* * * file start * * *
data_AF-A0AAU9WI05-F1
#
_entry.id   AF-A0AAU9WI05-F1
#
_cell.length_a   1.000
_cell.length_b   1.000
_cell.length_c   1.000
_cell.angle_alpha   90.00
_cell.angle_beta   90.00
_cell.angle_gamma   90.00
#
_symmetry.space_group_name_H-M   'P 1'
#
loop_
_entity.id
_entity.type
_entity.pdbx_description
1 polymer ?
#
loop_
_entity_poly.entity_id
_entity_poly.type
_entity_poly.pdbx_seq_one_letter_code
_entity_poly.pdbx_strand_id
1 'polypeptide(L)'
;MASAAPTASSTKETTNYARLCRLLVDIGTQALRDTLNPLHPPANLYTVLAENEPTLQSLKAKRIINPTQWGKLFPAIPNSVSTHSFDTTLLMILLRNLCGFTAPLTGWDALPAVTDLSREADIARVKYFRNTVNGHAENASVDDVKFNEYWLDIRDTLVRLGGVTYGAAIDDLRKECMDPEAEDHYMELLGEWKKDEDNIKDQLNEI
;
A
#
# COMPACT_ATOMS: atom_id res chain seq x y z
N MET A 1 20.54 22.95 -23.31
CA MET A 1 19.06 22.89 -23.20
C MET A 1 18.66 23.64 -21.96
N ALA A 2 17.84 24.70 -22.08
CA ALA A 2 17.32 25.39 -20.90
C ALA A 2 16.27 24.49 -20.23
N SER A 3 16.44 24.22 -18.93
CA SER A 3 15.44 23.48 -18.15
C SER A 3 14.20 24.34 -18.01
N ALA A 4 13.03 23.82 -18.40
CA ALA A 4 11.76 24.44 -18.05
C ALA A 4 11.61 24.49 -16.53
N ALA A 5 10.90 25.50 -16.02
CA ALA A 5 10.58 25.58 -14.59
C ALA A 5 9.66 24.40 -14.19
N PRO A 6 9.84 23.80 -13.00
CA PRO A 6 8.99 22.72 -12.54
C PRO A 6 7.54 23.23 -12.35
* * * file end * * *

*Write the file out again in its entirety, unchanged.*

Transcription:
data_AF-A0AAU9WI05-F1
#
_entry.id   AF-A0AAU9WI05-F1
#
_cell.length_a   1.000
_cell.length_b   1.000
_cell.length_c   1.000
_cell.angle_alpha   90.00
_cell.angle_beta   90.00
_cell.angle_gamma   90.00
#
_symmetry.space_group_name_H-M   'P 1'
#
loop_
_entity.id
_entity.type
_entity.pdbx_description
1 polymer ?
#
loop_
_entity_poly.entity_id
_entity_poly.type
_entity_poly.pdbx_seq_one_letter_code
_entity_poly.pdbx_strand_id
1 'polypeptide(L)'
;MASAAPTASSTKETTNYARLCRLLVDIGTQALRDTLNPLHPPANLYTVLAENEPTLQSLKAKRIINPTQWGKLFPAIPNSVSTHSFDTTLLMILLRNLCGFTAPLTGWDALPAVTDLSREADIARVKYFRNTVNGHAENASVDDVKFNEYWLDIRDTLVRLGGVTYGAAIDDLRKECMDPEAEDHYMELLGEWKKDEDNIKDQLNEI
;
A
#
# COMPACT_ATOMS: atom_id res chain seq x y z
N MET A 1 20.54 22.95 -23.31
CA MET A 1 19.06 22.89 -23.20
C MET A 1 18.66 23.64 -21.96
N ALA A 2 17.84 24.70 -22.08
CA ALA A 2 17.32 25.39 -20.90
C ALA A 2 16.27 24.49 -20.23
N SER A 3 16.44 24.22 -18.93
CA SER A 3 15.44 23.48 -18.15
C SER A 3 14.20 24.34 -18.01
N ALA A 4 13.03 23.82 -18.40
CA ALA A 4 11.76 24.44 -18.05
C ALA A 4 11.61 24.49 -16.53
N ALA A 5 10.90 25.50 -16.02
CA ALA A 5 10.58 25.58 -14.59
C ALA A 5 9.66 24.40 -14.19
N PRO A 6 9.84 23.80 -13.00
CA PRO A 6 8.99 22.72 -12.54
C PRO A 6 7.54 23.23 -12.35